Phantom Shareholders and Junk Mail
We've talked before about the goofball system of stock ownership in the U.S., in which most of the shares of every public company are held by Cede & Co., the nominee of the Depository Trust Company, which is just the company in charge of owning all the stock. (And then your broker has a claim on some of Cede's shares, and you have a claim on some of your broker's shares, and it all works out fine almost all of the time.) But actually DTC only owns almost all of the stock; for various reasons some other people end up being record holders of small amounts of stock, rather than holding it through DTC. Again, that is mostly fine. Sometimes it isn't, though. Here is Ronald Barusch on Baxter International, which is trying to amend its charter to de-classify its board:
A provision in the charter that’s over 20 years old requires the change to be approved by “at least two-thirds of the holders” of the Baxter shares. We corporate lawyers read things literally: Each record holder gets a single vote even though most shares are held in “street name” by a single record holder. There were 34,742 record holders at the end of last year, according a Baxter regulatory filing. And it’s hard to get votes from most small holders.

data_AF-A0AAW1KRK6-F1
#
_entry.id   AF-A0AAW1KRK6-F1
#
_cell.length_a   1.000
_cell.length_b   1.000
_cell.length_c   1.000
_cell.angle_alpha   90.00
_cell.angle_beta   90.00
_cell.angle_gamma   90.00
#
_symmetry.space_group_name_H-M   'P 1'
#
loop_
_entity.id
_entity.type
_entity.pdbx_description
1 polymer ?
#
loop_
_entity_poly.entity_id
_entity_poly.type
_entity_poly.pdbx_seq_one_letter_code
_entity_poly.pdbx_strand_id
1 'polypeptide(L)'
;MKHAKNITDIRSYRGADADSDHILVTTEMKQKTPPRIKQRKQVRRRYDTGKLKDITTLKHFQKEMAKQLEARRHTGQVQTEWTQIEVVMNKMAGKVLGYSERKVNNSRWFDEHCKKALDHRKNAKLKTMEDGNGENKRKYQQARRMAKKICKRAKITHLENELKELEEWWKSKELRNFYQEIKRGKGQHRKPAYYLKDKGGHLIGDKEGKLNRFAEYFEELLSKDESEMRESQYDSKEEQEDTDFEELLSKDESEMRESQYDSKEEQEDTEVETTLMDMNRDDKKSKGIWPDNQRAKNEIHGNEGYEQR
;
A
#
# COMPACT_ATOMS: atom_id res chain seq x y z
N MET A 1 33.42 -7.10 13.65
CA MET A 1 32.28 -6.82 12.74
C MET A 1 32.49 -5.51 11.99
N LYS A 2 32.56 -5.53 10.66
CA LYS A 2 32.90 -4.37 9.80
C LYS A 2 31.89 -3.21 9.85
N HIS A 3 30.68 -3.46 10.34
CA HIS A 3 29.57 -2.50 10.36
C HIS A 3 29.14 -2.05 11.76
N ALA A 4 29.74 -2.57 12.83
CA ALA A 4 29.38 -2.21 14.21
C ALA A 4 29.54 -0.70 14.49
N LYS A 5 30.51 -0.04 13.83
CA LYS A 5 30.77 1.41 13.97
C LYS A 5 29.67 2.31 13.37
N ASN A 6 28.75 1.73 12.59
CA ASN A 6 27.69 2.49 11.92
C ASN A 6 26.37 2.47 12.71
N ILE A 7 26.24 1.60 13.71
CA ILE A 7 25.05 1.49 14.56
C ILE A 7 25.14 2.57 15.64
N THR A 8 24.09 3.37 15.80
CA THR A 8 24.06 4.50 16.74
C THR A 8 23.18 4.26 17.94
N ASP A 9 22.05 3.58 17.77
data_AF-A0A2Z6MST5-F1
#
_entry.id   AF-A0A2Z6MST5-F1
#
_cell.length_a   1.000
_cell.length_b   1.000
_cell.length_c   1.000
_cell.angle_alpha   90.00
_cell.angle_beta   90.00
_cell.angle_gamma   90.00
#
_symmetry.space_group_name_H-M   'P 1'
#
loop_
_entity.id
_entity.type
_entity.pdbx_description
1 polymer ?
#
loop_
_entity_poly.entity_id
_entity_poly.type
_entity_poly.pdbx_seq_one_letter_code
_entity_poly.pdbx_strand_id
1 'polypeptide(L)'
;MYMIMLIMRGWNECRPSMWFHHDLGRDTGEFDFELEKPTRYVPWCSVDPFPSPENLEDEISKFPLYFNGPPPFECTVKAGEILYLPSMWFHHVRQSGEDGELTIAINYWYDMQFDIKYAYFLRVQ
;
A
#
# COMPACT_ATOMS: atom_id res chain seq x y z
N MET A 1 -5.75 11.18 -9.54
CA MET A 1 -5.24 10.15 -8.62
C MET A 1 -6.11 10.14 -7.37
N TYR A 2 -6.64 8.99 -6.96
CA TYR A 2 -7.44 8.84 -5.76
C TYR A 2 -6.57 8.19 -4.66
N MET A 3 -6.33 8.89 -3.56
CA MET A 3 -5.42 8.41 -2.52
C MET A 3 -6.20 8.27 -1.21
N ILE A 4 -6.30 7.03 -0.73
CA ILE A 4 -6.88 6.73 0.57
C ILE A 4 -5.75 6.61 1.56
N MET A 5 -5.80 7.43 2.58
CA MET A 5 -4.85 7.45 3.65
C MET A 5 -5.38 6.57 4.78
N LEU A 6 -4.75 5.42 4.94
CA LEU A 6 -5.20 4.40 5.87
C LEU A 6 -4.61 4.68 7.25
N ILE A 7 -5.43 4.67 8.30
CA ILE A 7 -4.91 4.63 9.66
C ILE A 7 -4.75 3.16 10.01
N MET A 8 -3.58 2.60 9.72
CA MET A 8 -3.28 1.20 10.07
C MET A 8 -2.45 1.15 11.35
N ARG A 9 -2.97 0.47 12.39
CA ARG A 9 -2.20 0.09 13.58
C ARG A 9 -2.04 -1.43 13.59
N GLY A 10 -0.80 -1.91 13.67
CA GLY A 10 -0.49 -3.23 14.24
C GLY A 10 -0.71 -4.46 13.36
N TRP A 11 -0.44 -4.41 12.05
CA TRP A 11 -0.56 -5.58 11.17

So DTC holds most of the shares but gets only one vote. But there is a fix: Third Point, the Baxter shareholder agitating for the change, "can 'create holders…to vote to adopt the amendment,' presumably by transferring a single share to each of a large number–probably tens of thousands–of corporations or trusts it would create and control," and isn't corporate law amazing? Imagine being the junior lawyer put in charge of creating tens of thousands of phantom companies each to vote a single share of Baxter stock. Like, oh sure, you can probably build some sort of script to automate the process of naming the corporations and generating and printing their incorporation documents. But then someone has to sign each one. (I think, but this is not legal advice.) "Baxter has agreed to pay for this endeavor," and imagine being the senior lawyer in charge of sending Baxter the bill for it. This is the most heartwarming story about the legal industry that I've read in years.